Understanding Microsoft

Part 60. Injection Molding

There's something about operating system preloads that just seems to overarch all the other issues in the computer marketplace. Concerns about product tying, extortion, and sabotage are just extensions of this one single element of monopoly positioning that gives Microsoft its tremendous leverage. Let me use one simple example to explain what the consequences of owning an operating system preload monopoly are. I will use the example of the injection-molding process used to fabricate plastic products.

Injection molding involves taking a very fluid plastic compound -- usually at moderately high temperature to give it an appropriate level of viscosity -- and using hydraulic pressure to force the plastic to flow into the nooks and crannies of a product mold. As the plastic is forced into position, it gradually takes on the shape of the mold container. This means that properly applied pressure forces out air bubbles and allows the plastic to conform to the minute edge details of the desired shape. Even if the shape is not directly vertical from the direction of pressure, the plastic flows smoothly around into crevices, around edges, and into hidden corners of the molding surface. All sorts of interesting shapes can be created by a clever two-piece mold and the careful application of just the right combination of viscosity and pressure.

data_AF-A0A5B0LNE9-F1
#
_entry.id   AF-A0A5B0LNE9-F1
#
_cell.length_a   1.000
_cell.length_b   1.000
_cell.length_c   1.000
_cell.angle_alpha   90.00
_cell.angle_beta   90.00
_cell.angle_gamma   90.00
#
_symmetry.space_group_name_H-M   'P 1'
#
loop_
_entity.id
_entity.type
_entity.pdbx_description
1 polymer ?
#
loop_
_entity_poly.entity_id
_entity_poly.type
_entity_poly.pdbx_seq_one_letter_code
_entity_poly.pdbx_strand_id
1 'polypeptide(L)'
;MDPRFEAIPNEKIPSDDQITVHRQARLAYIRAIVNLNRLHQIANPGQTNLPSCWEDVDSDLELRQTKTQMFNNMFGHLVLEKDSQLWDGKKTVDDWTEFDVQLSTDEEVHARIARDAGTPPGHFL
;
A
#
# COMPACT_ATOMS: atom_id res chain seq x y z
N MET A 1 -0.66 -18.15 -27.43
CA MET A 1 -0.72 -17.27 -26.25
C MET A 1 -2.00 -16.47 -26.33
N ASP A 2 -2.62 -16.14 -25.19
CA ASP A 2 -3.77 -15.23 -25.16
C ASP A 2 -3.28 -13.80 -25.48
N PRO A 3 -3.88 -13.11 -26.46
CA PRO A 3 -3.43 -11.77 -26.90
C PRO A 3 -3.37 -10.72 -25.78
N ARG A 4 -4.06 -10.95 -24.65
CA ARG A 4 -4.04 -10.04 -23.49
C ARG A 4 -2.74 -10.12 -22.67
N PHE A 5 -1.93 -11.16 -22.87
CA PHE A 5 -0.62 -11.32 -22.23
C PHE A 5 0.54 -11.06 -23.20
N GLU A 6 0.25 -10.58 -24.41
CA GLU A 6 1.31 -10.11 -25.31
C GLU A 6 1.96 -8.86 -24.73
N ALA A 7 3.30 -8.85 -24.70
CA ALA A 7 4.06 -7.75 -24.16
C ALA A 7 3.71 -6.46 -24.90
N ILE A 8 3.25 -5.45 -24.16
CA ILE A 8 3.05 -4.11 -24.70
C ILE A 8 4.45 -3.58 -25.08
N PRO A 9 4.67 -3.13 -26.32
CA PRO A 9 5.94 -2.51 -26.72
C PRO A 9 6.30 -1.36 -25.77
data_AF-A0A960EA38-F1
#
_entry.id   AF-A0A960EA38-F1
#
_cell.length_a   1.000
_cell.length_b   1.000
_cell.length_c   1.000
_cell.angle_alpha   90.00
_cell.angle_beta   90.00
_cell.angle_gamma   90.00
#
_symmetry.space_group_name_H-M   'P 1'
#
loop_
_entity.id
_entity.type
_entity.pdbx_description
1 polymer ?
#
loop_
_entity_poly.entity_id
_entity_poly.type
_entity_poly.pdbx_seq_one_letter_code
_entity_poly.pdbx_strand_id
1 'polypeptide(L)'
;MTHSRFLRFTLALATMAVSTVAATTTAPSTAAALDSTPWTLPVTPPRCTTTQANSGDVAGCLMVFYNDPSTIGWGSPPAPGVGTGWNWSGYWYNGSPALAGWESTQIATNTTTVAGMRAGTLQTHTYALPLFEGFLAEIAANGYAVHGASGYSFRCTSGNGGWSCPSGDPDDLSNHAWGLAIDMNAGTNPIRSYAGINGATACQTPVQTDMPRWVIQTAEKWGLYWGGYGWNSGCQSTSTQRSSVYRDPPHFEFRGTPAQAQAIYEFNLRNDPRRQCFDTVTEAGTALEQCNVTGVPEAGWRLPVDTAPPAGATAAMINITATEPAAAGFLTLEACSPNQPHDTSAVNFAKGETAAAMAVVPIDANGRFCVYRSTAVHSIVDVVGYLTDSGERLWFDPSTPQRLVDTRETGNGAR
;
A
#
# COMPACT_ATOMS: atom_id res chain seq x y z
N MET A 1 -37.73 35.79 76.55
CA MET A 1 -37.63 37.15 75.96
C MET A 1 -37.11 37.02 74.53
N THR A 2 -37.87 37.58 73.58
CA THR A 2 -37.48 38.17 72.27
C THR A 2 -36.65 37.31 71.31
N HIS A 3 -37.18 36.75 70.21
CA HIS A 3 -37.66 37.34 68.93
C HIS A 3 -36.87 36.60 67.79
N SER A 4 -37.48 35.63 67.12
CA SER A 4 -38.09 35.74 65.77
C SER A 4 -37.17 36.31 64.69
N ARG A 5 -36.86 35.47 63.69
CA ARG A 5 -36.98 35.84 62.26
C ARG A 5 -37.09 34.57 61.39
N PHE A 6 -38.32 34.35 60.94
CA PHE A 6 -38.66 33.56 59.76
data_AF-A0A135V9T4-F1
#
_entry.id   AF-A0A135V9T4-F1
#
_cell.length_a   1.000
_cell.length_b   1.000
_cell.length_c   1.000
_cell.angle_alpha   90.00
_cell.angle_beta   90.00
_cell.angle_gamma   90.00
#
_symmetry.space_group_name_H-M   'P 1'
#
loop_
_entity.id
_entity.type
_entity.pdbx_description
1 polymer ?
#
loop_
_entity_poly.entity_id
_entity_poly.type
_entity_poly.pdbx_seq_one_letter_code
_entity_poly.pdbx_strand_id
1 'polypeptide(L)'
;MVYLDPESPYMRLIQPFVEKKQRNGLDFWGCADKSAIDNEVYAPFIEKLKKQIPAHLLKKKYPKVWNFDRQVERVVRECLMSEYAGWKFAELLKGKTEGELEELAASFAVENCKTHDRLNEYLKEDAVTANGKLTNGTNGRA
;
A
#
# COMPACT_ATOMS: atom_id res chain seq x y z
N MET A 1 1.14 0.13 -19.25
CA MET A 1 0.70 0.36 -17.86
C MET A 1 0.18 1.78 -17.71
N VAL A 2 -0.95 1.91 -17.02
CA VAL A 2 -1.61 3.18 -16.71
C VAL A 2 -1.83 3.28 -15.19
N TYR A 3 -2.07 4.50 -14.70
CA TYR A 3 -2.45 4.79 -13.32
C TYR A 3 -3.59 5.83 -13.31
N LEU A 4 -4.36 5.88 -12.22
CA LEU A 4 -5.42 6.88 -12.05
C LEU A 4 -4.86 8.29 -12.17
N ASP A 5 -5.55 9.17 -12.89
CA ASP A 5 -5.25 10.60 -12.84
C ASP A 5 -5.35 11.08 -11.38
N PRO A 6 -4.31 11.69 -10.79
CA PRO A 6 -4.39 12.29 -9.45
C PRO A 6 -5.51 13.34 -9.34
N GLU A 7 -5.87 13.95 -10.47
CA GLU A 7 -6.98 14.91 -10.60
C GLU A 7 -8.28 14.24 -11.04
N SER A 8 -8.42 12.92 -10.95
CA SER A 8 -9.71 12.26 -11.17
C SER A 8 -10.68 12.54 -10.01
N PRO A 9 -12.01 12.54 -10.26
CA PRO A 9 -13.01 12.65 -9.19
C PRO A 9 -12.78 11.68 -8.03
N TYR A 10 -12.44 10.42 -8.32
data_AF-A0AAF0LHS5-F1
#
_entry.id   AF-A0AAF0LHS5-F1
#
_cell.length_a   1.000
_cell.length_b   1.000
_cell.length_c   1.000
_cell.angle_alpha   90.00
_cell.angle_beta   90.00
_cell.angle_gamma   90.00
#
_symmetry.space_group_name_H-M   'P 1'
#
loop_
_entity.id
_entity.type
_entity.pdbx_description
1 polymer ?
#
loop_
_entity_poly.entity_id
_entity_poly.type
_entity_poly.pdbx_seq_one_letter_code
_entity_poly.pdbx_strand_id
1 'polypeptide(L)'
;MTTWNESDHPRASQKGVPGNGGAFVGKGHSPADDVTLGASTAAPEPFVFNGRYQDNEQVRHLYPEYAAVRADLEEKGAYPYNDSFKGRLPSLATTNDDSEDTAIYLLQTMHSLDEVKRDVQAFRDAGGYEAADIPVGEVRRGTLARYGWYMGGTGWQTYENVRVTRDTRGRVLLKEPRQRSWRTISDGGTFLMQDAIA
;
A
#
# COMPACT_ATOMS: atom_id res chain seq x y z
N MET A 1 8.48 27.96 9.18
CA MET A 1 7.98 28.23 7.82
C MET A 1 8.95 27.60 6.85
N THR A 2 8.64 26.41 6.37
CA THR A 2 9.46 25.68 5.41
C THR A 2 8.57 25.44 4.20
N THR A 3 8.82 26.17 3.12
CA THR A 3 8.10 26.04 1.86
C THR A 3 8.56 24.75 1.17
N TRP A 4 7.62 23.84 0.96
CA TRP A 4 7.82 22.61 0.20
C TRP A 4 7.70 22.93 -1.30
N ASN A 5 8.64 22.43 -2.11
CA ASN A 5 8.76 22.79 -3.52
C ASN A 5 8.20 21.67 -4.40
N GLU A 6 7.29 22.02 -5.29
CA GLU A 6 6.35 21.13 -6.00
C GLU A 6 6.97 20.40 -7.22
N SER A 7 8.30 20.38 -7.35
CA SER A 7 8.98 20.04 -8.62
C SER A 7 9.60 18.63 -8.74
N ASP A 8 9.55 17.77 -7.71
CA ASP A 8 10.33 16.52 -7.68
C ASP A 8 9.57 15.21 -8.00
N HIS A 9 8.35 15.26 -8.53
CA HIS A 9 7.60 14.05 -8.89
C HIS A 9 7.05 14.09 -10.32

Similarly, Microsoft could never afford to find every little "nook and cranny" in the enduser software marketplace. To attack the markets for quilt design programs, beekeeper applications, and sewing machine utilities would take far more individual contact, research, and funding than any company could reasonably afford. The return on investment for each tiny niche is just not there. Thus, Microsoft attacks these markets *collectively* by use of the preload monopoly. It pressures PC companies into selling Microsoft products to all these little markets by forcing out the alternatives, just like the plastic oozing its way into tiny crevices and forcing out the air bubbles. The Microsoft method is basically "attack by exclusion"; it forces its way into these markets by forcing out all the alternatives.

The "viscosity" of Microsoft products is their relative ease of installation, while the "pressure" is the combination of marketing, product tying, and preload monopolization that forces these products into the stores. And what's more, just like the plastic compound that gradually cools and hardens to form the desired shape, the Microsoft products eventually develop a momentum and an inertia of their own, making them hard to dislodge in favor of superior products. For government regulators to then attempt to "break the mold" is a fruitless endeavor, for the products have already lodged themselves firmly in place and the preloads have done their dirty work already.

Most recent revision: July 23, 1998
Copyright © 1998, Tom Nadeau
All Rights Reserved.

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